Every year thousands of students take introductory courses in U.S. History at UT Austin. This spring Prof Jeremi Suri is experimenting with an online version of the U.S. History since 1865 survey course. He and his teaching assistants, Cali Slair, Carl Forsberg, Shery Chanis, and Emily Whalen will blog about the experience of digital teaching for readers of Not Even Past.
By Cali Slair
Students typically watch our online course from home, a local café, or at various locations on campus. In order to make the course more interpersonal, each student is also assigned two dates when he or she is required to attend class in the video production studio in Mezes Hall, where we film the live lectures.
Studio attendance is similar to taking a course in a classroom or lecture hall, but it is also quite different. Similar to a traditional lecture course, the students listen to a live lecture and take notes surrounded by their classmates. They also arrive to the studio approximately thirty minutes before the course begins which gives them time to ask questions and interact with their classmates, teaching assistants, and Professor Suri before class starts. A great feature of the in-studio attendance dates is that the twenty to twenty-three students who are assigned to each date are all in the same TA group. This allows the students to meet and interact with peers whose weekly response essays they have access to read online. The TA in charge of going over the studio rules and taking attendance for that day is also the TA for the students who are assigned to attend in person. This allows the studio TA to put faces with the names of his or her students, and vice-versa. While some students feel more comfortable taking the course through the online setting, there are also many students who feel more comfortable in the studio and prefer meeting and interacting with their TA and classmates in person. We have even had a few students request to attend more than the two required in-person studio attendance dates.
A main difference between our online course and courses held in a classroom or lecture hall is that having access to a computer is integral to being successful in this course. Despite being in the studio, the students cannot raise their hands and ask questions like in a typical lecture hall. The students still use their laptops to communicate through the Chat and Ask the Professor functions. The Ask the Professor button still functions as the equivalent to raising a hand during lecture. The Pings are another reason the students still need laptops for their in-person studio attendance dates. Students watch the lecture live, and at the same time keep the lecture video open on their laptops to watch for and respond to Pings. This allows the students to earn their attendance grades by demonstrating that not only did they show up to the studio, but they have also been actively listening to the lecture.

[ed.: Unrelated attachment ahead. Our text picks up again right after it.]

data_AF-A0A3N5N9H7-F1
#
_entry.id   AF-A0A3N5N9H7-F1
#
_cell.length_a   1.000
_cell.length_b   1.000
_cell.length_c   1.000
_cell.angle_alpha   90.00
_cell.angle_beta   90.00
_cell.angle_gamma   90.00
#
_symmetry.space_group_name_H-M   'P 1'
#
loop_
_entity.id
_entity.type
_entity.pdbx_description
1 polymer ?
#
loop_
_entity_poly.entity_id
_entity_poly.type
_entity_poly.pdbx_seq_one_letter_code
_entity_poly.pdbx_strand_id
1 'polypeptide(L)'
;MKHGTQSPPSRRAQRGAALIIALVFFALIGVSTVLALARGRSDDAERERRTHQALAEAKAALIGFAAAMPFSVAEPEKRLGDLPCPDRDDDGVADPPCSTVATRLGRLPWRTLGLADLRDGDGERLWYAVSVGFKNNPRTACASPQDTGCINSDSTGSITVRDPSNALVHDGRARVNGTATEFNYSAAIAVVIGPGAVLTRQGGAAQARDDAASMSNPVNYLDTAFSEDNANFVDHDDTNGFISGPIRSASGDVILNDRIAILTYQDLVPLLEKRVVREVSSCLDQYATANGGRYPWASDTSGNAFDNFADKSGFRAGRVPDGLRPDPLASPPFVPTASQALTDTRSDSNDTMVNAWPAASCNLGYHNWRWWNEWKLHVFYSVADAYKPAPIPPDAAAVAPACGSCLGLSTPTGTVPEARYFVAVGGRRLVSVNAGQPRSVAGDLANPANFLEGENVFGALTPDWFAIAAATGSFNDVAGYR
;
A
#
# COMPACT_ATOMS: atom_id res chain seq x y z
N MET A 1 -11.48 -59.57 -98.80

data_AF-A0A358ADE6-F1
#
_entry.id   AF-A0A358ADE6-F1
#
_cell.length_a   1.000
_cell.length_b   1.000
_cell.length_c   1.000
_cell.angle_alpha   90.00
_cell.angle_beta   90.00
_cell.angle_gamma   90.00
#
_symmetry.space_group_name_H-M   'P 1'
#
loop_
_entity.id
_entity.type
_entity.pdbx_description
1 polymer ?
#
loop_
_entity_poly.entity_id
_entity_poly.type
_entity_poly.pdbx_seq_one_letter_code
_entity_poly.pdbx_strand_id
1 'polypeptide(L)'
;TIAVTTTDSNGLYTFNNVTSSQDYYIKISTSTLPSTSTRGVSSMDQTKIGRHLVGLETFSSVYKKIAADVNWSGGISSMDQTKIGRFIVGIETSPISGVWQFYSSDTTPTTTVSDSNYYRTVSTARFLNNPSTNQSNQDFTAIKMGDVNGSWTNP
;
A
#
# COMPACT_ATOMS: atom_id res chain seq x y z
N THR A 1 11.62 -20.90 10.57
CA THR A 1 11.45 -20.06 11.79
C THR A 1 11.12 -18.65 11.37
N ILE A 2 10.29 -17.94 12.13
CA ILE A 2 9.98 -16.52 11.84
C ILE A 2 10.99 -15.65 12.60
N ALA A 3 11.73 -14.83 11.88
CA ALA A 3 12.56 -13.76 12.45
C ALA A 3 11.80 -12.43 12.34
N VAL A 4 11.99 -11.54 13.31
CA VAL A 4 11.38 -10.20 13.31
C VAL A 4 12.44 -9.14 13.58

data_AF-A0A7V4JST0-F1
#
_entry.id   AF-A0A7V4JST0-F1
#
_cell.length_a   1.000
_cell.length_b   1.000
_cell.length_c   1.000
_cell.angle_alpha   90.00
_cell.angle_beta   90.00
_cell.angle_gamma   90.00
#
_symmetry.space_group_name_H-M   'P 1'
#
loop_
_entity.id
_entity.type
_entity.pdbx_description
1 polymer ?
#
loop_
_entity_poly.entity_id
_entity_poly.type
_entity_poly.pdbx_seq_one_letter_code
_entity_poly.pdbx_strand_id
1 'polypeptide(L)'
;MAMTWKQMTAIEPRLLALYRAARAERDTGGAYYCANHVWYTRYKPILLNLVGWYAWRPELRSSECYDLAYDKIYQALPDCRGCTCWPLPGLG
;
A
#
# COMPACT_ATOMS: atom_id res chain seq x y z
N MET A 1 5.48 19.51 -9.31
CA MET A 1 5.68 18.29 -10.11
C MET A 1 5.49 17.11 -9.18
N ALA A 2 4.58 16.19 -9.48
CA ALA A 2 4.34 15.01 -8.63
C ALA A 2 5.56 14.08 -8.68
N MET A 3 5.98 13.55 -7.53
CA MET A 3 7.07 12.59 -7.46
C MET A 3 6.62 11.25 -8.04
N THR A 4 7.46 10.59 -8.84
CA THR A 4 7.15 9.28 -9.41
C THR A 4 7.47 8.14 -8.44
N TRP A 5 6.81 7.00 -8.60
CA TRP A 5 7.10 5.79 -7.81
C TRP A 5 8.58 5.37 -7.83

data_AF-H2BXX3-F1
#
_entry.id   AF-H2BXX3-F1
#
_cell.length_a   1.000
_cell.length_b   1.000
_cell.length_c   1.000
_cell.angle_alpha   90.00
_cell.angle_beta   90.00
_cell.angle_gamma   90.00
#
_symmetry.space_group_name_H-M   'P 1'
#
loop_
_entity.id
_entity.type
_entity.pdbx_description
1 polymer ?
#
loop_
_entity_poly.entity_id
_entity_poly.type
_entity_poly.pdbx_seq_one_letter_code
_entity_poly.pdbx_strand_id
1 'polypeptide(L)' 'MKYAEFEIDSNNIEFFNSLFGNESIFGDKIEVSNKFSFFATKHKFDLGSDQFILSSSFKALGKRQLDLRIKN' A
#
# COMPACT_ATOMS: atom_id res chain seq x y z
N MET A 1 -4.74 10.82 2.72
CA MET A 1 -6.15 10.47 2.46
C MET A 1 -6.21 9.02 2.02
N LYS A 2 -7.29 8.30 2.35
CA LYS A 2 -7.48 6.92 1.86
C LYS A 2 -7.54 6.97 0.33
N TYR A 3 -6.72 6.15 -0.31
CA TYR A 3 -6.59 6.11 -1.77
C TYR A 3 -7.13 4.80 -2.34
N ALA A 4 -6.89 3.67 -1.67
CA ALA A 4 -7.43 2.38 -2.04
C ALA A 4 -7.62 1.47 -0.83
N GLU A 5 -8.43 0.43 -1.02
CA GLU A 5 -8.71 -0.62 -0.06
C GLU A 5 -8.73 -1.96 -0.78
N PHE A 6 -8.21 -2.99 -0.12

We have found the students’ ability to multitask during lecture especially impressive. This is a generational phenomenon that our online course taps into and utilizes for rigorous learning purposes. While the in-person studio attendance dates are based on some traditional classroom learning styles, the studio still requires students to use technology in their learning. The technology encourages active participation during attendance, encouraging students to listen closely to the lecture and integrate what they hear with their reading.
Early in the course some students found the in-studio attendance dates to be a little challenging. Some students had difficulty finding the studio and others found the studio itself to be somewhat distracting. At this point in the course, the number of students who have difficulty finding the studio has declined significantly. For the students who find the studio itself distracting, one of the great things about this course is they can watch the recorded lecture online. As a TA, I value the opportunity to meet all of the students in my group in person. I hope these meetings help students feel more comfortable asking their TAs and Professor Suri questions and attending office hours online or in person. The in-studio experience is an innovative component of our course that helps us achieve our goal of making the course as participatory, engaging, and stimulating for students as possible. Come visit sometime!